Years away

    Last updated on May 13th, 2019 at 02:33 pm

    Although Kenosha’s voters gave their approval last November for the Menominee Tribe to build a new $808 million casino and entertainment complex on the current grounds of the Dairyland Greyhound Park, it could still be years before the tribe is able to break ground on the proposed project.
    The Menominee are asking the Bureau of Indian Affairs to put the 233-acre site into a trust on behalf of the tribe, but several things need to occur before that request is granted.
    Laurie Boivin, vice chairwoman of the tribe, said the Menominee submitted documents to the bureau in July, before the latest Kenosha referendum was held. She and other tribal officials are now waiting for Kenosha County and City of Kenosha officials to approve an inter-governmental agreement with the tribe.
    The Menominee Legislature approved the agreement in early December, she said.
    "It’s at the city and county level, and we’re waiting for them to get it out to their individuals and have their meetings," Boivin said.
    Kenosha County officials said the county’s corporation counsel office is working with Perkins & Coie, a Washington, D.C., law firm, to evaluate the agreement.
    "That was the piece that they were all waiting for," she said. "We’re hoping we will have their approvals in February or early March."
    The proposed inter-governmental agreement calls for the tribe to pay the city and county 3 percent of its net profits for its first eight years of operations. After those eight years, the tribe would pay 4 percent of its net win to both municipalities for 20 years, and the proposal calls for the arrangement to be renegotiated thereafter.
    The proposed agreement also says the tribe will pay $1.5 million every year to the Kenosha Unified School District.
    The city is set to pay the district $500,000 for capital projects each year, with the county giving $500,000 to Kenosha districts west of Interstate 94 every year.
    Once approved, the agreement and an environmental impact study of the property, which is being done now, must be sent to the U.S. Bureau of Indian Affairs (BIA). Those are the final documents needing to be sent to the agency.
    The agency must then decide if the casino is in the best interest of both the tribe and the Kenosha area, and will approve or deny it.
    If that approval is granted, the agreement would then be sent to the governor’s desk for final approval.
    "We put in the timelines that we would hope to have the approvals by the end of the year," Boivin said. "But so many things could happen."
    The Menominee’s proposal calls for a three-stage project to be constructed over about three years. When finished, it would include 3,100 slot machines, 75 table games and wagering on live and simulcast racing.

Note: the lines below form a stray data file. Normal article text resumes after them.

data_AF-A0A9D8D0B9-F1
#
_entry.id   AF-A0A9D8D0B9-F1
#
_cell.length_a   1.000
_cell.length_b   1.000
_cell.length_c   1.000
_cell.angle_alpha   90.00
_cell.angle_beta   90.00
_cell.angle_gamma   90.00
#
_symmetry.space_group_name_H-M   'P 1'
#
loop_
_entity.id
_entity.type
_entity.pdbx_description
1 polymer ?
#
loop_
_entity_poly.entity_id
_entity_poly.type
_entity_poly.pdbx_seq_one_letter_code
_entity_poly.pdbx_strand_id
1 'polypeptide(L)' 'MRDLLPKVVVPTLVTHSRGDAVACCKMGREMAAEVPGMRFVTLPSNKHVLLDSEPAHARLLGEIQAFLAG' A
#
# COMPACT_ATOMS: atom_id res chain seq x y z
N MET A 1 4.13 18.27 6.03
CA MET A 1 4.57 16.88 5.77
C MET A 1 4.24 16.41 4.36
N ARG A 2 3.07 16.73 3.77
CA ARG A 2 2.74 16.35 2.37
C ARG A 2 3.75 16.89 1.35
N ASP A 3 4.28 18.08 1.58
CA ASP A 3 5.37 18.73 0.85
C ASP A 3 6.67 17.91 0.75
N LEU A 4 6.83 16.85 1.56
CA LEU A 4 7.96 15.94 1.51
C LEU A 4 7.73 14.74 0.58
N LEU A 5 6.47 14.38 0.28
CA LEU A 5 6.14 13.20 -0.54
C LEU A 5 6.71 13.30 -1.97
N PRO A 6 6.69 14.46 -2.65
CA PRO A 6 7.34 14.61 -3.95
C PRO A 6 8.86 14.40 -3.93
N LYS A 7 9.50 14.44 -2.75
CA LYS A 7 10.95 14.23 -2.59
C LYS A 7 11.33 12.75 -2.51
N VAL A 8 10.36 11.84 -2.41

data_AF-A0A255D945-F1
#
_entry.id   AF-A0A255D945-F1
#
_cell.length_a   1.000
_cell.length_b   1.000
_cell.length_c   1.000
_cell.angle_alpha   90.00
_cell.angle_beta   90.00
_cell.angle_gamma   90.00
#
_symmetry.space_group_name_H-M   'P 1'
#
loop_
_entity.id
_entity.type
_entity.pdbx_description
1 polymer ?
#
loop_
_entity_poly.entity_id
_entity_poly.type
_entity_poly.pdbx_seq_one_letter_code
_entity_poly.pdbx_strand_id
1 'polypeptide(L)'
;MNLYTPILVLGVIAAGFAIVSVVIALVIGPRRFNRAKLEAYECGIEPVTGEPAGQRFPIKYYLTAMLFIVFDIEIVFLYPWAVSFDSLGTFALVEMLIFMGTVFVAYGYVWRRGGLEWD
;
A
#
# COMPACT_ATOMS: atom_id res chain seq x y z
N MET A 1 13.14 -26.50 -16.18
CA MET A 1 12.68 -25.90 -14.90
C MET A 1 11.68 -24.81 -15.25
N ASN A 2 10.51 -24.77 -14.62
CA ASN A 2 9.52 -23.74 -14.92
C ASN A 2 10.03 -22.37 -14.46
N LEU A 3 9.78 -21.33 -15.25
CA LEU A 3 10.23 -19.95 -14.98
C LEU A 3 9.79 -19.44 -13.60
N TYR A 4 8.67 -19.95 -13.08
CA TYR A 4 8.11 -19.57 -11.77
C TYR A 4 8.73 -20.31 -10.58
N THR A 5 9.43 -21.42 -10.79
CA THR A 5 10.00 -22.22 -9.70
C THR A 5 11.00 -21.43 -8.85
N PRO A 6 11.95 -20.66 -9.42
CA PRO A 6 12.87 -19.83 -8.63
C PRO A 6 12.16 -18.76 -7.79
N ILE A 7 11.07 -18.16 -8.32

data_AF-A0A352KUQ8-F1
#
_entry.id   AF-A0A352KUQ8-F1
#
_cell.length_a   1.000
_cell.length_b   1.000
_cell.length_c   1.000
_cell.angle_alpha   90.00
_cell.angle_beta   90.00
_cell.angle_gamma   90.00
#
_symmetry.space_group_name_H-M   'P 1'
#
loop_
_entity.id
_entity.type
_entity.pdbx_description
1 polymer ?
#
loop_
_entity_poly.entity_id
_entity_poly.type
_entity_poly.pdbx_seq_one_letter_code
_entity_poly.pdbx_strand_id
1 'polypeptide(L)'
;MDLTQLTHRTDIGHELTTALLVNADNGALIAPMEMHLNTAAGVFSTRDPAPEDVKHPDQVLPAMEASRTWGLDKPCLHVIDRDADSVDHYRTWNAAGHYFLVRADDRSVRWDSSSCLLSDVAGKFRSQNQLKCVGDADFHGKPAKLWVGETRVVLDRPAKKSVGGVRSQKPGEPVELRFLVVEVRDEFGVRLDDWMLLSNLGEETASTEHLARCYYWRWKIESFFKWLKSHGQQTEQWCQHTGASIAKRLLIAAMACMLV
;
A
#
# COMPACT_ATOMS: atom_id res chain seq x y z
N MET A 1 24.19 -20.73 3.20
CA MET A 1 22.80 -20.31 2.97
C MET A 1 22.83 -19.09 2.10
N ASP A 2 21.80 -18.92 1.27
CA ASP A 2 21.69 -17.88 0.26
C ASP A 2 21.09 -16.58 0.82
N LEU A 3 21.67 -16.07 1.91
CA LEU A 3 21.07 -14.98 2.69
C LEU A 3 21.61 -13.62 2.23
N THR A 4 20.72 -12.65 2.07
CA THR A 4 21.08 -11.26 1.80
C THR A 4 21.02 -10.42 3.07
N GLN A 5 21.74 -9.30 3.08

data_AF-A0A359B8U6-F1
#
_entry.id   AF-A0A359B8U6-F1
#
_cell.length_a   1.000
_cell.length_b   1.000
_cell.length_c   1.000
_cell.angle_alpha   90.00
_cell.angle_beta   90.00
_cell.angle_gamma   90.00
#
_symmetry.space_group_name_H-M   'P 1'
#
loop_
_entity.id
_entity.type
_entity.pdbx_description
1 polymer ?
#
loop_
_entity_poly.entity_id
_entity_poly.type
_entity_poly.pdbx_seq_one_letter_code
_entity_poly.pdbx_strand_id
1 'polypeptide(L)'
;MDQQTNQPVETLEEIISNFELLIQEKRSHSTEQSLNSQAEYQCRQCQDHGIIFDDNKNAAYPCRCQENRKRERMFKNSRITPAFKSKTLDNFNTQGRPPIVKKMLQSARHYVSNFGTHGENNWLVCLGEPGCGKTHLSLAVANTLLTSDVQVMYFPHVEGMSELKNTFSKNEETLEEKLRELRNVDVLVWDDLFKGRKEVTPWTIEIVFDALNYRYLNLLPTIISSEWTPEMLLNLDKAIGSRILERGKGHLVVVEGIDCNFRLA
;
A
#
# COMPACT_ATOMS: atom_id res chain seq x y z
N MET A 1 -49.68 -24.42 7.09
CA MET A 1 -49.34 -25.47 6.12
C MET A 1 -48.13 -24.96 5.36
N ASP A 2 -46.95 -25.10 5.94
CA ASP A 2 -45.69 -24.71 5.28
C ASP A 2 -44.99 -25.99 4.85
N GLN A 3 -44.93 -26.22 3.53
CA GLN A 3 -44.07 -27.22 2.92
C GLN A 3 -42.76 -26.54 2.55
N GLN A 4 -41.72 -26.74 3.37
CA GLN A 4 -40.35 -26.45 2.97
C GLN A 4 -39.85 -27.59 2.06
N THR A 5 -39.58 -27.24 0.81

The casino and entertainment center could also house a 5,000-seat entertainment facility, several restaurants, a 400-room hotel, retail shops and an indoor water park.
    Although the Menominee believe final approval for their casino is up to two years away, Boivin said they have made plans to convert the current Dairyland Greyhound Park into temporary gaming stations. Those temporary plans include having 1,000 slot machines, 50 table games and betting on races, as well as current amenities at the dog track.
    The Menominee Tribe has been working for several years to establish its casino on the site of the Dairyland track for many reasons, Boivin said.
    "The site is very attractive, and it’s an existing gaming site," Boivin said. "It doesn’t hurt that I-94 runs right next to it. It’s pretty close to the Illinois border, and there’s a huge population in that area."
    Boivin also said the Menominee Tribe does have historic ties to the area, and its gaming compact to operate a current casino on reservation land northwest of Green Bay contains language indicating that the tribe could operate a gaming facility in the Kenosha area, if granted approvals.
    The opportunity to expand the tribe’s gaming programs is needed, Boivin said, because of harsh economic realities for many of the tribe’s 8,100 members, about half of whom live on its reservation.
    "We have huge unmet needs," Boivin said. "We’re one of the largest tribes in the state, but we’re also one of the poorest."
    If the casino project gains approval, she said the tribe will use a large amount of the proceeds to replace water and wastewater systems on its reservation, improve its law enforcement forces and facilities, build a new K-8 school and hire more teachers, build a new recreation center and build a new health clinic and provide health insurance for all tribal members.
    February 4, 2005, Small Business Times, Milwaukee, WI

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